Steffen Dereich, WWU Münster, Germany

Paul Dupuis, Brown University, Providence, USA

Mark Girolami, Imperial College London, UK

Emmanuel Gobet, École Polytechnique, Palaiseau, France

Aicke Hinrichs, Johannes Kepler University, Linz, Austria

Alexander Keller, NVIDIA Research, Germany

Gunther Leobacher, Johannes Kepler University, Linz, Austria

Art B. Owen, Stanford University, USA

Note that, while special sessions are already selected, including oneon Stochastic Gradient methods for Monte Carlo and Variational Inference, organised by Victor Elvira and Ingmar Schuster (my only contribution to this session being the suggestion they organise it!), proposals for contributed talks will be selected based on one-page abstracts, to be submitted by March 1.

## je reviendrai à Montréal [MCM 2017]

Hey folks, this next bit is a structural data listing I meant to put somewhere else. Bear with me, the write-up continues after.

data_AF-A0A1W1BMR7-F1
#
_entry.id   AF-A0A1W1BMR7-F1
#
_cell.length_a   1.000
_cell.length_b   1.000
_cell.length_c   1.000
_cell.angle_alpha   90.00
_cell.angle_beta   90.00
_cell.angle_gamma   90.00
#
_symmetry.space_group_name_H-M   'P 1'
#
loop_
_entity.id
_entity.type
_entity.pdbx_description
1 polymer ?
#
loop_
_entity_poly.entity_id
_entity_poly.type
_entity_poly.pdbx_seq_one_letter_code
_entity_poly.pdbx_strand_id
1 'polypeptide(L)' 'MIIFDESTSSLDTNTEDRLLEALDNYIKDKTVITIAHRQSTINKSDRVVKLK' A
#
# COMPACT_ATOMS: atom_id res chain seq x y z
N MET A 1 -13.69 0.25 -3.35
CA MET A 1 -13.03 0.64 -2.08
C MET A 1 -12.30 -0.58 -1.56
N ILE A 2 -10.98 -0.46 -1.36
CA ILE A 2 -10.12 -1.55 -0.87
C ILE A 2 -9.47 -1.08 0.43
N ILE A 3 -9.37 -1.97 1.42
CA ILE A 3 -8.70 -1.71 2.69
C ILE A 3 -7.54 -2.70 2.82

Posted in pictures, R, Running, Statistics, Travel with tags Annecy, Canada, conference, Luc Devroye, MCM, MCM 2017, MCQMC, Monte Carlo methods, Monte Carlo Statistical Methods, Montréal, Pierre Lecuyer, Québec, stochastic simulation on November 3, 2016 by xi'an**N**ext summer of 2017, the biennial International Conference on Monte Carlo Methods and Applications (MCM) will take place in Montréal, Québec, Canada, on July 3-7. This is a mathematically-oriented meeting that works in alternance with MCqMC and that is “devoted to the study of stochastic simulation and Monte Carlo methods in general, from the theoretical viewpoint and in terms of their effective applications in different areas such as finance, statistics, machine learning, computer graphics, computational physics, biology, chemistry, and scientific computing in general. It is one of the most prominent conference series devoted to research on the mathematical aspects of stochastic simulation and Monte Carlo methods.” I attended one edition in Annecy three years ago and enjoyed very much the range of topics and backgrounds. The program is under construction and everyone is warmly invited to contribute talks or special sessions, with a deadline on January 20, 2017. In addition, Montréal is a Monte Carlo Mecca of sorts with leading researchers in the field like Luc Devroye and Pierre Lécuyer working there. (And a great place to visit in the summer!)